Last night I went over to Edgewood for “Viva la Frida,” Susan Bridges’ exuberant tribute to the Frida Kahlo centenary. The art was, like Kahlo’s, simultaneously subtle and in-your-face. The show marks the return to visibility of Red Weldon-Sandlin, another of those artists whose pieces are in national museum collections and whose identity is spread across too many different media and markets to make sense to the orderly art world out there beyhond the provinces.

The opening night included a performance piece by a retired radical professor who paid homage to Frida’s political side by reprising a piece in which she (the professor) dresses in a costume that combines burqa and nun’s habit and leads the audience in a call and response of a text drawn mostly from old-line Marxism. (Hegemony is good to think about, but surplus labor value is what affects those makers of rubber bathmats of whom Joe Bageant writes; no Gramscian-Althusserian coruscations here.) Then three members of the Dames Aflame burlesque troupe came out in appropriate fiesta garb and did a Frida-homage strip show.

At evening’s end the culturally and generationally diverse crowd shared in the astounding Frida Kahlo birthday cake, one of those pieces of sculpture that leaves one astonished that anyone other than Jean Tinguely would put so much visual elaboration into a thing meant to be destroyed in a few hours’ time. (Ice sculptures come to mind, of course.)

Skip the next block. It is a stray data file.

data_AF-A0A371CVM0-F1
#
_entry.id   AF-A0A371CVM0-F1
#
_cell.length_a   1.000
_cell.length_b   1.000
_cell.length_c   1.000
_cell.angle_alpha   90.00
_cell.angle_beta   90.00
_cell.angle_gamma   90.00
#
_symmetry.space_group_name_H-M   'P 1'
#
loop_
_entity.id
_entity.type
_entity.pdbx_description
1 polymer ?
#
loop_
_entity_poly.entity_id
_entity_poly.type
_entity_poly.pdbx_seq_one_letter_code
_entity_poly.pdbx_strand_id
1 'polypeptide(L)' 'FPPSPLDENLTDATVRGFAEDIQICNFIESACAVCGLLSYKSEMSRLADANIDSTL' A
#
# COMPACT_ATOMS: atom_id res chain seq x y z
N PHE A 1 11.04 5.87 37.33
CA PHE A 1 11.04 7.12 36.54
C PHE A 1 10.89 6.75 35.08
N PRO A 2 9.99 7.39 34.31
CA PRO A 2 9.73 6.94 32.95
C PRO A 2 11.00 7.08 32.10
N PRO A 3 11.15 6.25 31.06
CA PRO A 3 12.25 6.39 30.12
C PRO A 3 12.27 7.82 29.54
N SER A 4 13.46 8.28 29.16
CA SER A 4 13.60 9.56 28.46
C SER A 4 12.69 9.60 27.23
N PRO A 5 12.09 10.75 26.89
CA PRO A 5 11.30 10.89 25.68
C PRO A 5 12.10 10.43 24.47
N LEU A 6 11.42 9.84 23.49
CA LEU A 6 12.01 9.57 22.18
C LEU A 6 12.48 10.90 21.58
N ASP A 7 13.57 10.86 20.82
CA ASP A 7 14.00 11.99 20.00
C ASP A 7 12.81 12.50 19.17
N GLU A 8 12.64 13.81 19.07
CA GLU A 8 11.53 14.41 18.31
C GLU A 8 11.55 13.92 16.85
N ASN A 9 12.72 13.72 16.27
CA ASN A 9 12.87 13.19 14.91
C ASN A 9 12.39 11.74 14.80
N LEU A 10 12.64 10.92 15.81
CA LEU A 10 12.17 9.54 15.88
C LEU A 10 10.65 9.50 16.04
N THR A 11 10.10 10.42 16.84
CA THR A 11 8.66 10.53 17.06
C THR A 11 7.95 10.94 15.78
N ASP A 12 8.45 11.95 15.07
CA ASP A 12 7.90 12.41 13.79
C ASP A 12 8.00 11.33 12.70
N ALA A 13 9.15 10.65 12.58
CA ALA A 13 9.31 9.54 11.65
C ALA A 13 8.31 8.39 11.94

The serving capacity of the cake brought to mind the miracle of the loaves and fishes, and though it probably wasn’t consciously intended, the communal consumption of an edible statue of Frida was exactly the sort of secularized communion (Tom Altizer would call it “radically profane” but he's just that kind of guy) that would be ritual-creators try to invent, but rarely succeed in so doing.

I’m sure there were Frida Kahlo birthday parties all over America that were just as delectably bizarre in their juxtaposition of thought and frivolity, but there was something about “Viva la Frida” that left me thinking once more about regional distinctions even when we are celebrating things that everybody shares.

Friday, July 6, 2007

veneers at georgia state university

In 1989, I created my only work of sculpture.

It consisted of a small Plexiglas box in which a minimally
geometric wood sculpture stood in front of a backdrop photo of clearcut
tropical timber. The wood consisted of rectangular samples of threatened